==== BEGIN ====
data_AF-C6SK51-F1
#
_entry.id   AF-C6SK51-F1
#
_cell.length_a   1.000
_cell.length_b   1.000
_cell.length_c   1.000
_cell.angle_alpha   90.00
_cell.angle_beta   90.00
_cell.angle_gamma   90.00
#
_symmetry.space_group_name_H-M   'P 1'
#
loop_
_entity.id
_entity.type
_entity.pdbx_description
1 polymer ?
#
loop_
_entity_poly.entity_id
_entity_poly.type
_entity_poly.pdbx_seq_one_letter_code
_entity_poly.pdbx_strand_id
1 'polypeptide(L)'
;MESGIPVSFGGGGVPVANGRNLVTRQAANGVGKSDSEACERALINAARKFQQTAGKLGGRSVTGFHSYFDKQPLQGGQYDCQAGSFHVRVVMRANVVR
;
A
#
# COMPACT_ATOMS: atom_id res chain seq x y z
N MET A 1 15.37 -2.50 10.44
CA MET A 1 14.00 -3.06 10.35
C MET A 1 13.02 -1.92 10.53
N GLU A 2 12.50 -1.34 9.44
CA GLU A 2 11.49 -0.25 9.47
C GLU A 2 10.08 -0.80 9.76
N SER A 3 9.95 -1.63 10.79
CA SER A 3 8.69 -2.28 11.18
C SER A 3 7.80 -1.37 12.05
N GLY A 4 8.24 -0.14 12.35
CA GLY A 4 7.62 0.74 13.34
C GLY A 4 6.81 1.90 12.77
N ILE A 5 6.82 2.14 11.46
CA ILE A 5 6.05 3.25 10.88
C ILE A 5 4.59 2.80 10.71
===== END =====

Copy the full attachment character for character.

data_AF-C6SK51-F1
#
_entry.id   AF-C6SK51-F1
#
_cell.length_a   1.000
_cell.length_b   1.000
_cell.length_c   1.000
_cell.angle_alpha   90.00
_cell.angle_beta   90.00
_cell.angle_gamma   90.00
#
_symmetry.space_group_name_H-M   'P 1'
#
loop_
_entity.id
_entity.type
_entity.pdbx_description
1 polymer ?
#
loop_
_entity_poly.entity_id
_entity_poly.type
_entity_poly.pdbx_seq_one_letter_code
_entity_poly.pdbx_strand_id
1 'polypeptide(L)'
;MESGIPVSFGGGGVPVANGRNLVTRQAANGVGKSDSEACERALINAARKFQQTAGKLGGRSVTGFHSYFDKQPLQGGQYDCQAGSFHVRVVMRANVVR
;
A
#
# COMPACT_ATOMS: atom_id res chain seq x y z
N MET A 1 15.37 -2.50 10.44
CA MET A 1 14.00 -3.06 10.35
C MET A 1 13.02 -1.92 10.53
N GLU A 2 12.50 -1.34 9.44
CA GLU A 2 11.49 -0.25 9.47
C GLU A 2 10.08 -0.80 9.76
N SER A 3 9.95 -1.63 10.79
CA SER A 3 8.69 -2.28 11.18
C SER A 3 7.80 -1.37 12.05
N GLY A 4 8.24 -0.14 12.35
CA GLY A 4 7.62 0.74 13.34
C GLY A 4 6.81 1.90 12.77
N ILE A 5 6.82 2.14 11.46
CA ILE A 5 6.05 3.25 10.88
C ILE A 5 4.59 2.80 10.71